by Chey Scott
Just last week, Col. Ann Wright was in Pakistan meeting with families who lost loved ones during U.S. drone attacks there earlier this month. She touched down in Spokane just hours ago, and tonight at 7 pm will make a presentation at the Unitarian Universalist Church on the impacts of the U.S. wars in Iraq and Afghanistan, and on her first hand experiences with the Israeli/Palestinian conflict.
After her quick stop in the Lilac City, Wright will head back to the Middle East, this time to Gaza. There, she is helping to spearhead an effort called Gaza’s Ark to build a boat that can be sailed out of Gaza’s blockaded port, carrying Palestinian products for international trade.
In 2003, out of protest to the Iraq War, Wright resigned after serving a total of 40 years in the U.S. Army and Army Reserves and as a diplomat with the U.S. Department of State. She has since been advocating for peace through picketing, writing and speaking. Wright has protested at the U.S. prison in Guantanamo, and was on the Gaza freedom flotilla when it was attacked by the Israeli military in 2010.
The Peace and Justice Action League of Spokane (PJALS) is hosting Wright’s appearance tonight. Liz Moore, director of PJALS, says it’s exciting to have Wright here because of her journey from being a retired colonel and State Department diplomat to a peace activist.
“When we look at the U.S. and the world, it’s important to lift up voices of folks who have been in that system and have seen it from the inside and who have chosen to speak out and oppose it,” Moore says.
Tonight’s event is free, but Wright is speaking as part of an effort to raise funds for Gaza’s Ark.
The Inlander caught up with Col. Wright after her flight touched down and was able to ask her a few questions.
Inlander: Tell us a bit more about your decision to resign from the State Dept. in 2003.
Col. Wright: I ended up resigning 2003 in opposition to the war in Iraq. I didn’t really believe the Bush Administration’s rhetoric on weapons of mass destruction, because we had sanctions on Iraq for years. It mystified me how that came up, and I resigned because I knew it would be horrible for the Iraqis to go through and it would increase anti-Americanism around the world.
Inlander: What have been some of the most moving experiences you’ve had since becoming a peace activist?
Col. Wright: One of the most moving was going to Gaza in January 2009 after the Israeli attack – the 22-day attack that had killed 1,400 and wounded 5,000 and left 50,000 homeless — and to see the level of destruction from those 22 days of attacks, it mobilized me to start working on behalf of Palestinians on the West Bank and in Gaza.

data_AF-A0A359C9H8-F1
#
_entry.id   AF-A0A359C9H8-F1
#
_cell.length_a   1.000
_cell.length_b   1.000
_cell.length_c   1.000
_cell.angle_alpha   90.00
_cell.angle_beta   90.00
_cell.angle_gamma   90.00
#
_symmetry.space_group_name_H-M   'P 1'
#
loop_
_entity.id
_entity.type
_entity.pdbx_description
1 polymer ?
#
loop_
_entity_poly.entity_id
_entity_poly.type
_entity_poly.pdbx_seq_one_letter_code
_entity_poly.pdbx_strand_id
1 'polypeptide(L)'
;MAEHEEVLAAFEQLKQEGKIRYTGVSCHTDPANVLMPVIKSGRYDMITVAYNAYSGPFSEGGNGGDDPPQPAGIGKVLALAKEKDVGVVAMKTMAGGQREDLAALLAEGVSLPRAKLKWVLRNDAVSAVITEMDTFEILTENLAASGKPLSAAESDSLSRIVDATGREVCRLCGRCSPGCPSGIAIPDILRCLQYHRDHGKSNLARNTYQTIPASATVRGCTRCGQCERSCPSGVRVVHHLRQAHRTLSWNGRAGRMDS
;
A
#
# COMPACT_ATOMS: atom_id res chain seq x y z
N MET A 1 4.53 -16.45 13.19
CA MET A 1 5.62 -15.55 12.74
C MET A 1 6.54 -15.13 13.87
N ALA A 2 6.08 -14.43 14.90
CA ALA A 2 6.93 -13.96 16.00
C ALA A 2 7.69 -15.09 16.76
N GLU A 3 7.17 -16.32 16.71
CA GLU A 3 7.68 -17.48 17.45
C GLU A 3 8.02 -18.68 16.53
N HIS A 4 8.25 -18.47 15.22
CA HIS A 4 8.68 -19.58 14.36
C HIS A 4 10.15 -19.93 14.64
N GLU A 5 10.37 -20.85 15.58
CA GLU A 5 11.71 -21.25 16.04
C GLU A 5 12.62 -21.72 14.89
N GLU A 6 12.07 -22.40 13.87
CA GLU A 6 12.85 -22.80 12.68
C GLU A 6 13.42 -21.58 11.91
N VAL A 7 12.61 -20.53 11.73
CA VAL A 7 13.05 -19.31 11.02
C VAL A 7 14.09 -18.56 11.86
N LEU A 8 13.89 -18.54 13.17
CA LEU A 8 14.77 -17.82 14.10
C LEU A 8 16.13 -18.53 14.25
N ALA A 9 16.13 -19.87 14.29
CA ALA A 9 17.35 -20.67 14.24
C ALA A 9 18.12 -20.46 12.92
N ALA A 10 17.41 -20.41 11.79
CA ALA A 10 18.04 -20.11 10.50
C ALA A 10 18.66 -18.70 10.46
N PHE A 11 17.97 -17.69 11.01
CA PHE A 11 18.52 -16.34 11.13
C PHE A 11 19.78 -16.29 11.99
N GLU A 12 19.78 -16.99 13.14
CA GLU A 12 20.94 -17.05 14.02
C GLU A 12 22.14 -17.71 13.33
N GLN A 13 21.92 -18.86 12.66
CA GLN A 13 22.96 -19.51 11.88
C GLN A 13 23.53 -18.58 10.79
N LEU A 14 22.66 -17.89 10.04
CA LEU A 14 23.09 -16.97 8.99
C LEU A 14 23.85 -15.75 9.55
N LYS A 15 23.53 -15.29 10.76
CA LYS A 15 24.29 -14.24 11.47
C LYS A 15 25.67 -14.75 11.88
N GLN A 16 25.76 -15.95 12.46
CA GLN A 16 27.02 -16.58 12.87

Inlander: What was it like to be involved in the 2010 Gaza freedom flotilla and to be attacked?
Col. Wright: The Israelis attacked all six ships in the 2010 flotilla. They executed six people and wounded 50 on the Mavi Marmara. People were beaten up and tazered and hit by paint bullets. I was not injured but I saw others badly injured.
Inlander: Tell us more about your current project, Gaza’s Ark, and what the goal for that endeavor is.
Col Wright: This time, rather than sailing into Gaza, we’ll renovate a boat already there and we will sail it out filled with exports — beautiful embroidery and crafts made there. There is a blockade in both directions. The Israeli government does not want anything coming in or out of Gaza. They are essentially trying to strangle them so they can’t make money on exports or bring goods in unless [the government] okays it. The naval blockade has been going on for 41 years.
Inlander: If all goes as planned, how soon could we see Gaza’s Ark make its first expedition?
Col. Wright: If we can raise enough money to purchase and renovate it, we’re hoping to have it done by end of next summer. So hopefully the ship can sail with a cargo load of wonderful products in late summer or early fall of 2013.
Inlander: What do you hope audiences will take away from your presentation tonight?
Col. Wright: I hope they come away with a better understanding of the horrific effects that the Israeli naval and land blockade are having on 1.7 million people living in the tiny little place called Gaza. Gaza is just 25 miles long and 5 miles wide. They are being slowly strangled by this blockade. I hope people understand the disastrous and illegal nature of this and will be compelled to take action to get our government to stop protecting the Israeli government as it commits these criminal acts on the people of Gaza.
Inlander: What can people who want to spread the word of making peace in the Middle East do here at home in the Inland Northwest?
Col. Wright: Here in the Pacific Northwest there are a lot of strong Palestinian solidarity groups that track what is happening in the West Bank and Gaza, and they make sure members of their community know what is happening there. So people can join with those groups to learn more about what is going on there.
*The Peace and Justice Action League of Spokane organizes a Palestine and Israel Human Rights committee that meets the 2nd and 4th Wednesdays of each month at 5:30 pm in the Community Building, at 35 W. Main Ave.
Jo Miller of The Inlander contributed to this story.